Poverty Estimation in India


    Syllabus: GS2/Social Justice: Poverty

    • NITI Aayog B.V.R. Subrahmanyam recently claimed that less than 5% of Indians now live below the poverty line. He made the claim based on the findings of the Household Consumption Expenditure Survey (HCES), 2022-23. 
    • The Household Consumption Expenditure Survey (HCES) claimed that India’s rural poverty level had declined to 7.2% in 2022-23 from 25.7% in 2011-12, while urban poverty slipped to 4.6% from 13.7% over the same period.
    • The HCES is usually conducted by the National Statistical Office (NSO) every 5 years. It is designed to collect information on the consumption of goods and services by households.
    • At a national level, the report reckoned that the poverty rate in India could now be in the range of 4% to 5%, with a caveat that these numbers could undergo minor revisions once the Census to count the population that was due in 2021, is completed and the rural-urban population share is published.
    • ‘Multidimensional Poverty in India since 2005-06: A Discussion Paper’: NITI Ayog:
      • Multidimensional poverty in India declined from 29.17% in 2013-14 to 11.28% in 2022-23.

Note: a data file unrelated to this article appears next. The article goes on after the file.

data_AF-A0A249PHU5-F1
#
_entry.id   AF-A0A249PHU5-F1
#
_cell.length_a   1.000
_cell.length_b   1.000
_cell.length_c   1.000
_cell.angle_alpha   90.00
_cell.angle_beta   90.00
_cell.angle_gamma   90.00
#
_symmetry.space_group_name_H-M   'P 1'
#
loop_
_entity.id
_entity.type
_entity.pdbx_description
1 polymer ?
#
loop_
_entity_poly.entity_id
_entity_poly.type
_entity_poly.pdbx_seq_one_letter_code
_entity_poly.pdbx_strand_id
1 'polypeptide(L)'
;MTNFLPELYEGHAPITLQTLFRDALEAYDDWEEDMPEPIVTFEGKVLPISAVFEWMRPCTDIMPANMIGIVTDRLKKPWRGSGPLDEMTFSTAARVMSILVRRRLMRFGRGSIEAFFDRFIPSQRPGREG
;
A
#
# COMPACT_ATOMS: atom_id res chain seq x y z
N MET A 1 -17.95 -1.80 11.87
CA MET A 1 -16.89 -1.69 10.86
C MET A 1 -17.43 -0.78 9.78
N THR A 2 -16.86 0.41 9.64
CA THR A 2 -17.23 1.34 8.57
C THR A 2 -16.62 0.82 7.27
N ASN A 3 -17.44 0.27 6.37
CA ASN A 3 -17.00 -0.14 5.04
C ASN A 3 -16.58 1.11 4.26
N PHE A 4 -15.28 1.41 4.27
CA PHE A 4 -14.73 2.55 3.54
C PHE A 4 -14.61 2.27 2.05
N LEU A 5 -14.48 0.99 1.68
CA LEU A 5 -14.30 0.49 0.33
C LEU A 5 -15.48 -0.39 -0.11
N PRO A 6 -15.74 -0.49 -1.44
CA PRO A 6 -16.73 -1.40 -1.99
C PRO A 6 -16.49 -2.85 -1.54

• As many as 24.82 crore people moved out of multidimensional poverty in nine years to 2022-23, with Uttar Pradesh, Bihar and Madhya Pradesh registering the largest decline.
    • Multidimensional Poverty Index 2023:
      • The MPI 2023 estimates show a near-halving of India’s national MPI value and a decline from 24.85% to 14.96% between 2015-16 and 2019-21. 
      • This reduction of 9.89 percentage points implies that about 135.5 million people have exited poverty between 2015-16 and 2019-21.
      • Besides, the intensity of poverty, which measures the average deprivation among the people living in multidimensional poverty, reduced from 47.14% to 44.39%.
    • Poverty entails more than the lack of income and productive resources to ensure sustainable livelihoods. Its manifestations include hunger and malnutrition, limited access to education and other basic services, social discrimination and exclusion as well as the lack of participation in decision-making.
    • Poverty in India remains a complex challenge despite significant reductions in recent decades.
    • Debates on Definition and Measurement: Different poverty lines (income levels considered poor) and data sources lead to varying estimates.
      • The World Bank, using the $2.15 per day benchmark (PPP – Purchasing Power Parity), estimates an 11.9% poverty rate for India.
      • The Indian government claims a lower national poverty, with figures below 5% of the population below the poverty line .
    • Government Data: The Indian government uses its own poverty indicators, which tends to show lower poverty rates compared to international benchmarks.